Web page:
The UC Board of Regents will vote Wednesday to approve a proposal to increase nonresident tuition by 2.6 percent for the 2019-20 academic year after recently deciding not to increase tuition for California residents.
The board will also discuss student housing, basic needs initiatives and the fate of the UC Berkeley Upper Hearst Parking Structure during its three-day meeting.
According to the meeting agenda, the 2.6 percent increase in nonresident tuition will provide campuses with an estimated $28.9 million in new revenue to meet “pressing needs.” Previously, out-of-state students paid $28,992 annually in tuition. The proposal would increase nonresident tuition by $762, totaling $29,754 per student for the 2019-20 academic year.
“The requested action is an important component of the University’s 2019-20 budget plan, which represents a balanced funding proposal to expand access for California resident students, increase degree attainment, close student achievement gaps, and invest in faculty,” the meeting agenda said.
The nonresident tuition increase is in line with the 2019-20 budget plan, which aims to provide UC students with new resources to address additional costs such as housing and food, as well as costs related to employee and retiree health benefits, faculty and staff compensation and employer contributions to the UC Retirement Plan, according to the meeting agenda.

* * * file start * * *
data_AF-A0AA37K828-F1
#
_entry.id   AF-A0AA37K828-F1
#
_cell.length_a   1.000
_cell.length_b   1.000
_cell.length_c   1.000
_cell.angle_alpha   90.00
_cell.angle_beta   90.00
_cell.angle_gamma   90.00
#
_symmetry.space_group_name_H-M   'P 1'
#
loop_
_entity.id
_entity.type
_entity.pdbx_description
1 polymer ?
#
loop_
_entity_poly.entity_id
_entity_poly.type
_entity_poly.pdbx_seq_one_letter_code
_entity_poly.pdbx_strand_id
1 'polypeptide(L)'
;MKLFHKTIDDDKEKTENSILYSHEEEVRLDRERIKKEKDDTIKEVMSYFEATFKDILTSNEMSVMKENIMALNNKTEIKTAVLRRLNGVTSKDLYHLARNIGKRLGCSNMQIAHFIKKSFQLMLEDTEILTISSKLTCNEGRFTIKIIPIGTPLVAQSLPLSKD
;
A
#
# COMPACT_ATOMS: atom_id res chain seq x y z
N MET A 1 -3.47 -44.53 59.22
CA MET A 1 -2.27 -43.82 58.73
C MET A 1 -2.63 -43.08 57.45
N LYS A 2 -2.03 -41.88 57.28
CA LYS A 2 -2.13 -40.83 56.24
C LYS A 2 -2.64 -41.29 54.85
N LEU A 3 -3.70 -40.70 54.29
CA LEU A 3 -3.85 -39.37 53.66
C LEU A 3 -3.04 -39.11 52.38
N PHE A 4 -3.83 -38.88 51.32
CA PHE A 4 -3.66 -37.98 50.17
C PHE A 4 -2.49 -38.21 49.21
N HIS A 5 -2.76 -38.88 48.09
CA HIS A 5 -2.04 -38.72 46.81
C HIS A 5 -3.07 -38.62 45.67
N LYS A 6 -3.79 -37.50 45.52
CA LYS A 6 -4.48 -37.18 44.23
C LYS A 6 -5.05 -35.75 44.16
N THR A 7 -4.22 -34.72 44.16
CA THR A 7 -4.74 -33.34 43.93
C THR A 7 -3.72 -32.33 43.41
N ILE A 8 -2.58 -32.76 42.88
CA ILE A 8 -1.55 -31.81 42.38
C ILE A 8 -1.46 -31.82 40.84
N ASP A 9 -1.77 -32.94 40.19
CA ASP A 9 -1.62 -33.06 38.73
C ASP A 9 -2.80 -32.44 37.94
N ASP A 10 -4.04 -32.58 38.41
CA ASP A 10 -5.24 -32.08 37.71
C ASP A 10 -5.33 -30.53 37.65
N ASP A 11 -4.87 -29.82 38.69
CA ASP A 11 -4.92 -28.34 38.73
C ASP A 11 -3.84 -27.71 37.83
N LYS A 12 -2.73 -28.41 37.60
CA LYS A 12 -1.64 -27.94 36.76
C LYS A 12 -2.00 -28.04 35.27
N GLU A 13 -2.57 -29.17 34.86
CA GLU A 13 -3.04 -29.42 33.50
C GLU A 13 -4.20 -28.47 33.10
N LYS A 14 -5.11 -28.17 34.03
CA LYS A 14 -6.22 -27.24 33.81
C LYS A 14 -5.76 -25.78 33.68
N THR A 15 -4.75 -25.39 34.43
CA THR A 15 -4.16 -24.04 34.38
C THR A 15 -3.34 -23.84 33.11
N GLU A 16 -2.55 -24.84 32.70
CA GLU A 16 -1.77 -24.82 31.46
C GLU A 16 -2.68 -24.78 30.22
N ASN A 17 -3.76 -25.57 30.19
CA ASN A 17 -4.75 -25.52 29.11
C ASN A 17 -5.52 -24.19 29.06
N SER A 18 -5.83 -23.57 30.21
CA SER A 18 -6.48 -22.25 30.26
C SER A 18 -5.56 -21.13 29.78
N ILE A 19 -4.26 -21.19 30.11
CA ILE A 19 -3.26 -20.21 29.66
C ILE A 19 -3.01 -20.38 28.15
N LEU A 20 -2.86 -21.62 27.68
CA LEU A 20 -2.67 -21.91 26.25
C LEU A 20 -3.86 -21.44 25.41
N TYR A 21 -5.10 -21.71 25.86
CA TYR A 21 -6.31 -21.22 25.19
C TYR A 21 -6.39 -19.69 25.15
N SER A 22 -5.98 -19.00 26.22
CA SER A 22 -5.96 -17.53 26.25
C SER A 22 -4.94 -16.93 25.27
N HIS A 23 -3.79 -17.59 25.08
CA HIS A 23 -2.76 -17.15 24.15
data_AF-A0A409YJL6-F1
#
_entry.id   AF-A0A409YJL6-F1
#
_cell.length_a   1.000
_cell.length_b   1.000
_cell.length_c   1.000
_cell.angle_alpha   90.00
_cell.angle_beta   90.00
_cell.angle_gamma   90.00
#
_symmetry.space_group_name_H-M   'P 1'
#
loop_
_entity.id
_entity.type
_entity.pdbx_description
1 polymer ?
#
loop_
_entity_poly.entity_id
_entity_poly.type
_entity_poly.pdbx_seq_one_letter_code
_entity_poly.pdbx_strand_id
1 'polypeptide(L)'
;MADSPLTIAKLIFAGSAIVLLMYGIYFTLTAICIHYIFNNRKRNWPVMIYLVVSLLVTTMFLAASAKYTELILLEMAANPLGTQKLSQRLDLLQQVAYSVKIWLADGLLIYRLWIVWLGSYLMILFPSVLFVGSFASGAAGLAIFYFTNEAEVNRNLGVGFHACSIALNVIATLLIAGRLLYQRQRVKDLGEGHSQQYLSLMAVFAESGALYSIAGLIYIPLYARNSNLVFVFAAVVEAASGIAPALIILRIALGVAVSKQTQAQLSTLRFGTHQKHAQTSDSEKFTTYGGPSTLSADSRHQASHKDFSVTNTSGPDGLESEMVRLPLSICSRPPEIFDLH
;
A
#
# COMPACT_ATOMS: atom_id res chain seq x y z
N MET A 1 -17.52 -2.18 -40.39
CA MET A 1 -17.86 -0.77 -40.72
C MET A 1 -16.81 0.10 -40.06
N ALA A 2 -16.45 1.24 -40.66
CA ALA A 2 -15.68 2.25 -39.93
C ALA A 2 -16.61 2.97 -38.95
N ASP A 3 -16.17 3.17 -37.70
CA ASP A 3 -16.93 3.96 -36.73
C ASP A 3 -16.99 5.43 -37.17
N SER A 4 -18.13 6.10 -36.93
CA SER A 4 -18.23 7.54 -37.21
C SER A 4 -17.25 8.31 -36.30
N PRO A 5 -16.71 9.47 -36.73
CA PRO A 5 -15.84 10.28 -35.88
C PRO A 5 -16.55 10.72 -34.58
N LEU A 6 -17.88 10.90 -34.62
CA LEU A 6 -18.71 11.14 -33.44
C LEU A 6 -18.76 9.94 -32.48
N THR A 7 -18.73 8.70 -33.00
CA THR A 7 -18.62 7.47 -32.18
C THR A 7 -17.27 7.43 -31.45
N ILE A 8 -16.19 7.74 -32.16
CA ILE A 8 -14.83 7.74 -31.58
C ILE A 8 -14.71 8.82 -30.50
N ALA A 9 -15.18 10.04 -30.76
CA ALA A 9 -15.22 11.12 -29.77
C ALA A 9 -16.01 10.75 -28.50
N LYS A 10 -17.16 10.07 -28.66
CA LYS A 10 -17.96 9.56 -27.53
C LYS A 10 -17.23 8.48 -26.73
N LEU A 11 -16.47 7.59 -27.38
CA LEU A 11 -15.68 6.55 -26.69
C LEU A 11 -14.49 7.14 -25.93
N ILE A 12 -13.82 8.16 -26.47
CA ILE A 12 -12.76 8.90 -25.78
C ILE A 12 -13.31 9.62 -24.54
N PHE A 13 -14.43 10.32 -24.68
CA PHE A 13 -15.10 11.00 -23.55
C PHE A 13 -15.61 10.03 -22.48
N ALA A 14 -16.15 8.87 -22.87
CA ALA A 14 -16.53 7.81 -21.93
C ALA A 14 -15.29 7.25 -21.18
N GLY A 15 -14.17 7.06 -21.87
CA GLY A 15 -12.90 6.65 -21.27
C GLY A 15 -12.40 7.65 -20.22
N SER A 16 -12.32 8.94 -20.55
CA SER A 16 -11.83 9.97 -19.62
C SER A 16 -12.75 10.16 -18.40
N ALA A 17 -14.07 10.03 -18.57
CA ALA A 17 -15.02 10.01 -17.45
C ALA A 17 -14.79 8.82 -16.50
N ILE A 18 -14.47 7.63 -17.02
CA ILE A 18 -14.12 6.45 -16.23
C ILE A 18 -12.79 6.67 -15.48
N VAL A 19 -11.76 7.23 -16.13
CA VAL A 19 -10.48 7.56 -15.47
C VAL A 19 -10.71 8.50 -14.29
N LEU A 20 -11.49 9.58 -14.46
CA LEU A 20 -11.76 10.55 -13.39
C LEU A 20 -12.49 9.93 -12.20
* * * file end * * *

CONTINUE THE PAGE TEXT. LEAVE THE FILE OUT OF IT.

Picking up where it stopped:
Sarah Abdeshahian — campus organizing director of the ASUC Office of the External Affairs Vice President — said the tuition increase is “not fair” and goes against the university’s principles of affordability and accessibility.
“I believe that increasing non-resident tuition further burdens students with funding the UC, when we should be pressing the State to fund the UC,” Abdeshahian said in an email. “We should not build a wall around our University and push out folks who did not have the privilege of living in California at the right time.”
Revenue components of the 2019-20 budget plan incorporate new state support during the upcoming academic year, along with a commitment from the UC to cover a part of these costs through its own efforts — including investing a portion of the university’s available working capital in a new, higher-yield investment portfolio to attain a year-over-year increase in general use philanthropic donations to the university.
During its three-day meeting, the board will also discuss basic needs programs, food security, housing initiatives, the UC’s long-term investment strategy and plans to further implement State Auditor Elaine Howle’s proposed financial transparency reforms.
The Wednesday meeting will include a vote to start construction on UC Berkeley’s Upper Hearst Parking Structure and Ridge parking lot in September, transforming the property into a six-story residential housing and a four-story academic building.
The UC Board of Regents will meet March 12, 13 and 14 at UCLA.